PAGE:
A recent CNBC story discusses a growing trend in elder fraud that has caused older Americans to lose approximately $36.5 billion each year to financial scams or abuse according to a 2015 report. State securities regulators have reported a general increase in financial fraud against senior citizens in the past year. Mike Rothman, the Minnesota commissioner of commerce said “This population that’s retiring is one of the wealthiest, if not the wealthiest generation, in terms of their retirement savings, criminals know this as well.”
A study conducted by the North American Securities Administrators Association found that third-party abuse/exploitation, account distributions, and family member, trustee or power of attorney taking advantage account for 76% of the elder fraud cases reported to them. Other types of fraud cases include diminished capacity, combined diminished capacity and third-party abuse, friend, housekeeper or caretaker taking advantage, and excessive withdrawals.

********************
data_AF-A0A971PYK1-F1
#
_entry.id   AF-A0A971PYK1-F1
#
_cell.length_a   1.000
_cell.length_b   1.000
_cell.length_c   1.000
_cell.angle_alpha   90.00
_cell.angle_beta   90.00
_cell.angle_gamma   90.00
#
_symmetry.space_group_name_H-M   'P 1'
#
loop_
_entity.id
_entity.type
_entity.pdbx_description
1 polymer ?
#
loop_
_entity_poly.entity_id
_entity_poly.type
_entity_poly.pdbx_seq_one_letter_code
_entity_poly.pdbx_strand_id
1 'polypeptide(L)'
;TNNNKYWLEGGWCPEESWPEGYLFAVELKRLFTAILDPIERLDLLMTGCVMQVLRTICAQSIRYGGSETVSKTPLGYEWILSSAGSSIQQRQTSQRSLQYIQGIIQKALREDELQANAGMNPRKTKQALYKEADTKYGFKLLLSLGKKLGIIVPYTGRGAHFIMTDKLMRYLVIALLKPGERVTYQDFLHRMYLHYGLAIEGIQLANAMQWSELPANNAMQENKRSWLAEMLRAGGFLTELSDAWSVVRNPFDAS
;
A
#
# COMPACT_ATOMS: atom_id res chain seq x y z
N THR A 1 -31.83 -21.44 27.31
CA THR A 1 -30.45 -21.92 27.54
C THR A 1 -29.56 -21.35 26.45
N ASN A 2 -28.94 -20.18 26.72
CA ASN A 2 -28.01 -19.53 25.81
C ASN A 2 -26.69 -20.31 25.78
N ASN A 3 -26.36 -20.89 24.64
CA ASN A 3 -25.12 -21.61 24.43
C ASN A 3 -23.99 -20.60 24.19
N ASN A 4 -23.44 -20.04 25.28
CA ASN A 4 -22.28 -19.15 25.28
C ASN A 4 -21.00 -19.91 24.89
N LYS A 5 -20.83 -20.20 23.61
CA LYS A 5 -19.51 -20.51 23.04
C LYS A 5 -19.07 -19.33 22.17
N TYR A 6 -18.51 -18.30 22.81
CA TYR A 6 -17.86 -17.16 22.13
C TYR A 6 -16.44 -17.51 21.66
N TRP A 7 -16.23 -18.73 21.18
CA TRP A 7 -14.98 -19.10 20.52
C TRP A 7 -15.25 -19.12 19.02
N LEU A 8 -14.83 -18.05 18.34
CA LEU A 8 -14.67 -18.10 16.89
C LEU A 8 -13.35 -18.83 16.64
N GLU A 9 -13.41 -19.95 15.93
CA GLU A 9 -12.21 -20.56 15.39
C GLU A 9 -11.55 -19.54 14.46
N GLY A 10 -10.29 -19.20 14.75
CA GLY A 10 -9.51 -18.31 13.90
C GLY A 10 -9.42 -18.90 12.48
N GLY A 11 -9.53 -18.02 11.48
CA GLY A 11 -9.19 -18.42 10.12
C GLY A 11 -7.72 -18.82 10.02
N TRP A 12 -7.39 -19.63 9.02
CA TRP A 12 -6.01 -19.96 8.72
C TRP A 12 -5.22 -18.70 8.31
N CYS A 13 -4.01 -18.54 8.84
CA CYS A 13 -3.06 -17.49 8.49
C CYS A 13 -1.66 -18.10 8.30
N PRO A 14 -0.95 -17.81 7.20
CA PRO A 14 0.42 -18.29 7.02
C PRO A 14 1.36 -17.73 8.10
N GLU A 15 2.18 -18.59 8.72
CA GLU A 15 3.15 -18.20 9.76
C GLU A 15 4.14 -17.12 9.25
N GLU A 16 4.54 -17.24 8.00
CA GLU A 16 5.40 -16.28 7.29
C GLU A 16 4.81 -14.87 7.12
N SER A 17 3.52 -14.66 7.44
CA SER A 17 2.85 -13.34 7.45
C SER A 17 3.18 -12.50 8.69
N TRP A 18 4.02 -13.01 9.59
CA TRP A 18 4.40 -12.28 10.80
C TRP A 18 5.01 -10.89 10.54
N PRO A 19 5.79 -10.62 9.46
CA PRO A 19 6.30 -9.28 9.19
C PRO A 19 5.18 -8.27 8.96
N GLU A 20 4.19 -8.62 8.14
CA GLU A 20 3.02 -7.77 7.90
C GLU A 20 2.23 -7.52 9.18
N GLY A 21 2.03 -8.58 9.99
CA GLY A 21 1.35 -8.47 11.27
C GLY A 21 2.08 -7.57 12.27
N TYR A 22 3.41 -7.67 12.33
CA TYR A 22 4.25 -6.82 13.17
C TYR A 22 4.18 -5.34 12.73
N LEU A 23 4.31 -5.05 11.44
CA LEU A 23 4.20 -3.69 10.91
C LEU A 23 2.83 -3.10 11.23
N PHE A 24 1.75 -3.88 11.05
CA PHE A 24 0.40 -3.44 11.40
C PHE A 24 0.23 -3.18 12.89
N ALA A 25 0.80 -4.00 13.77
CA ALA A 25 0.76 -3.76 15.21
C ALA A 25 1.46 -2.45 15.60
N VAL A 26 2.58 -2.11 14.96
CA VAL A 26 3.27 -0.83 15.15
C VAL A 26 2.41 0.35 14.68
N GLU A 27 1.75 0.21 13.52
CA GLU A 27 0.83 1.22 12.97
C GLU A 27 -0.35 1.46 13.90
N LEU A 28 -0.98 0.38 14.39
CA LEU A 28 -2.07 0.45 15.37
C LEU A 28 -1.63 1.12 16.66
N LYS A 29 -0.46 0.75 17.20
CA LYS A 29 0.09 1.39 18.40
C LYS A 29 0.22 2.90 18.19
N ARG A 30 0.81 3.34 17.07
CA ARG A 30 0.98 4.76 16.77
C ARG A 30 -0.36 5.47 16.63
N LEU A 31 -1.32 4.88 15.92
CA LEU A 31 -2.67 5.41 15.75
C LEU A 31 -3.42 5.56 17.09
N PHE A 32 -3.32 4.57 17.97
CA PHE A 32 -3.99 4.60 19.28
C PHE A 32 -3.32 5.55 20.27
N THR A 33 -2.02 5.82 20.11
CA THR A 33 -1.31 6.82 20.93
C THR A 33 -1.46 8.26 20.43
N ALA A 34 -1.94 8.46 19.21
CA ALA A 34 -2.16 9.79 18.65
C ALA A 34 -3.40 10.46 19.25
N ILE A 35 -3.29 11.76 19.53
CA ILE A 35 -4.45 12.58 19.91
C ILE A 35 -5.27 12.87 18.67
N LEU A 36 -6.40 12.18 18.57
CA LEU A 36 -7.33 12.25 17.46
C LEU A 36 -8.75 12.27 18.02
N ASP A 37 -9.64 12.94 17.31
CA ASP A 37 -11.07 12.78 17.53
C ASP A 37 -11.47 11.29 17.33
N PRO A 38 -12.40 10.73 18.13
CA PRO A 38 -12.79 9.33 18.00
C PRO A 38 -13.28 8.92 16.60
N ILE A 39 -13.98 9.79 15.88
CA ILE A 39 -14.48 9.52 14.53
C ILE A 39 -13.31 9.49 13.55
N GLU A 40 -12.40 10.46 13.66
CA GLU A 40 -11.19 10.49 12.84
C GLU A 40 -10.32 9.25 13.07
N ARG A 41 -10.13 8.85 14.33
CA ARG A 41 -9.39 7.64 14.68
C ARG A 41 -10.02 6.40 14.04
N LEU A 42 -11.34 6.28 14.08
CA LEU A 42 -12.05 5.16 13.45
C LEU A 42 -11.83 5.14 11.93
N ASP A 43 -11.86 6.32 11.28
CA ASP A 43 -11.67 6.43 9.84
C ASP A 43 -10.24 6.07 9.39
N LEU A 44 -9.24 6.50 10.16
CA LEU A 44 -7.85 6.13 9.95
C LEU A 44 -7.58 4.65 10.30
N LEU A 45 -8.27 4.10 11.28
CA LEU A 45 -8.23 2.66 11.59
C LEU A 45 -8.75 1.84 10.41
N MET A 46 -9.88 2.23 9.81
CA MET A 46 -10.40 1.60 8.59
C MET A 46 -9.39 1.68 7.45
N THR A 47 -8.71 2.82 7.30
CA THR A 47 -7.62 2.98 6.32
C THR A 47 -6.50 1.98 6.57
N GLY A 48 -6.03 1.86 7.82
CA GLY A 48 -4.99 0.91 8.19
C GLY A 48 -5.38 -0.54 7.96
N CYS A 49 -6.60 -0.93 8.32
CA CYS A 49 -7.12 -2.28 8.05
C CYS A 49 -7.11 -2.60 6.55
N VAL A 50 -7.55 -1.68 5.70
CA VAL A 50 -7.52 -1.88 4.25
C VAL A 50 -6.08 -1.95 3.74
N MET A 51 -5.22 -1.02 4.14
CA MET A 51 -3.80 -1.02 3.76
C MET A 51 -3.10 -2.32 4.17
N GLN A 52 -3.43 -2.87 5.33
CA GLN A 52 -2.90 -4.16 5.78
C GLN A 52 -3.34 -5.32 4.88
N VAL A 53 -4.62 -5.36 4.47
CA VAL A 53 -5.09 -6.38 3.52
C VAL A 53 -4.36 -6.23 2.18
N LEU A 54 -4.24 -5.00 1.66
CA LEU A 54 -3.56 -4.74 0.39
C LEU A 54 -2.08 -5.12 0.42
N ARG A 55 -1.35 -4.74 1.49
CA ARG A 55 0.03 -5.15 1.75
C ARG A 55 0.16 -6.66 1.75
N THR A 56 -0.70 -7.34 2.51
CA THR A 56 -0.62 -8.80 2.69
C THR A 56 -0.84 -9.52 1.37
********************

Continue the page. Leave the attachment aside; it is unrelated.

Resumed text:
Multiple studies have shown that many elder victims of financial fraud are not suffering from dementia or disabled. A study by the American Journal of Public Health concluded that in a given year 1 in 18 “cognitively intact” older adults is a victim to some kind of financial scam or fraud. Despite the reportedly high numbers of both fraud and monetary value, a co-author of one of the studies believes the numbers are an underestimation because many victims are reluctant to report or share details of the crime.
Rothman believes that the first step is acknowledging that you or a loved one can be a target of this type of fraud. The following steps include knowing the warning signs and creating a good support team that may include trusted advisors or accountants. Often advisors or accountants will be able to spot the potential red flags before a common citizen. Overall, knowing that elder fraud is both prevalent and preventable are keys to ensuring that the senior citizen population are not exposed on an even higher level to financial ruin.
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